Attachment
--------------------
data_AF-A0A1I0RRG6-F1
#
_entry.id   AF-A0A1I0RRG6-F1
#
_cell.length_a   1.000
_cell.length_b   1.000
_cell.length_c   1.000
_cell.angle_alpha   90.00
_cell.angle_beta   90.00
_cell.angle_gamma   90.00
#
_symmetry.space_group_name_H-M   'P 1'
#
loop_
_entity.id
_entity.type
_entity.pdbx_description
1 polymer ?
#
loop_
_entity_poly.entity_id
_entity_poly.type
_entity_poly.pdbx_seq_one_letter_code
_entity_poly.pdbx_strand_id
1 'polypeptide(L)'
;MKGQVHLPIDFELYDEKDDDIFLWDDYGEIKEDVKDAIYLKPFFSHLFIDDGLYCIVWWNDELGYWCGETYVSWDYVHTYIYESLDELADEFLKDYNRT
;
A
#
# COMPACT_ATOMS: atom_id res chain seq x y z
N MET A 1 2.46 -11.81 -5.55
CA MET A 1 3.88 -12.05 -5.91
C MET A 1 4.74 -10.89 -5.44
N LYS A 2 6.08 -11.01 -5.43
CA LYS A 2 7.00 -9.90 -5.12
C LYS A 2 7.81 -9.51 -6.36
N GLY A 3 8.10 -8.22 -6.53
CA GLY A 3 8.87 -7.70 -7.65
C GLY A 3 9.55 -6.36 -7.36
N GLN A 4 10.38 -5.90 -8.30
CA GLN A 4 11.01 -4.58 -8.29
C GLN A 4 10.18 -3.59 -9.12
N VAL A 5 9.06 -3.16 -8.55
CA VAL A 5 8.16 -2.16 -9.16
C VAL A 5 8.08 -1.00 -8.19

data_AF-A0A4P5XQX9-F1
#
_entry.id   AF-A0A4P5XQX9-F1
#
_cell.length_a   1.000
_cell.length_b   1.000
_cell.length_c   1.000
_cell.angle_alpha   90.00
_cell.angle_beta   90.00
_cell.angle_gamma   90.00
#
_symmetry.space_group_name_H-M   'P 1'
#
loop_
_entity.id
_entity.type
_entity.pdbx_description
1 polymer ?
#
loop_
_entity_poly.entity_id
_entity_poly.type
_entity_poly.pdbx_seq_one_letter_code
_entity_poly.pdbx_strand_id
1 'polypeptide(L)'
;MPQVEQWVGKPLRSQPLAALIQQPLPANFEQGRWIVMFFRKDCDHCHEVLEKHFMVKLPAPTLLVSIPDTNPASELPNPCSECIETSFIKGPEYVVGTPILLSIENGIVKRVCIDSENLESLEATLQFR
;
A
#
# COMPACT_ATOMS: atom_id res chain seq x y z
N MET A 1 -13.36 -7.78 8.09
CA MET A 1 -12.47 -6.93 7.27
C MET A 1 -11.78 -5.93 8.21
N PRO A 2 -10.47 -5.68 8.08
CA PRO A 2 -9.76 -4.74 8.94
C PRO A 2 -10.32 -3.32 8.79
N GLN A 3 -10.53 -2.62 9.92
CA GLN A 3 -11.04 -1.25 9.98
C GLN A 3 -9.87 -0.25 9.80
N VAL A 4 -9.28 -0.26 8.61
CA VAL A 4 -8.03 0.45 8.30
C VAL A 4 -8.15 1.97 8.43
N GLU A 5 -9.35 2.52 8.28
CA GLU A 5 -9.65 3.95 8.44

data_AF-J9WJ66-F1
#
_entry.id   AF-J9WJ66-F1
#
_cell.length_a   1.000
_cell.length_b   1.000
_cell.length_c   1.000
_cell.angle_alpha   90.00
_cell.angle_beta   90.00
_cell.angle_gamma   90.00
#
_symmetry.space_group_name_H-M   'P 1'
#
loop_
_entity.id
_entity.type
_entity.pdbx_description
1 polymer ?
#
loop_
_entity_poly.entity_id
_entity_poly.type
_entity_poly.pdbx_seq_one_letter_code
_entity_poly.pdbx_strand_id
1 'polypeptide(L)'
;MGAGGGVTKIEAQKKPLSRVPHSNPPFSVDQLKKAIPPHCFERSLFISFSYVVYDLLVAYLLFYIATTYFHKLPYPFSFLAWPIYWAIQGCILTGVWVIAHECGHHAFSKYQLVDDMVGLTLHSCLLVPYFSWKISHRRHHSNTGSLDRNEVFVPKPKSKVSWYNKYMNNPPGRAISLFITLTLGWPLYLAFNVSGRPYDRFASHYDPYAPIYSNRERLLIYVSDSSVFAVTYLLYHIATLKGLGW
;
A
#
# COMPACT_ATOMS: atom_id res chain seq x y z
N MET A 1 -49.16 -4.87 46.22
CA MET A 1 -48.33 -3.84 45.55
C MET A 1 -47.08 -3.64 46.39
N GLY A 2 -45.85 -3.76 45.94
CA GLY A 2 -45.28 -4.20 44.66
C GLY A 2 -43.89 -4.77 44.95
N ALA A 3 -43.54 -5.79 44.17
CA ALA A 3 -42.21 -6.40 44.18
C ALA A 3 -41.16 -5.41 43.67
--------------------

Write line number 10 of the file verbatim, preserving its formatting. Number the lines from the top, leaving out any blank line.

_cell.angle_gamma   90.00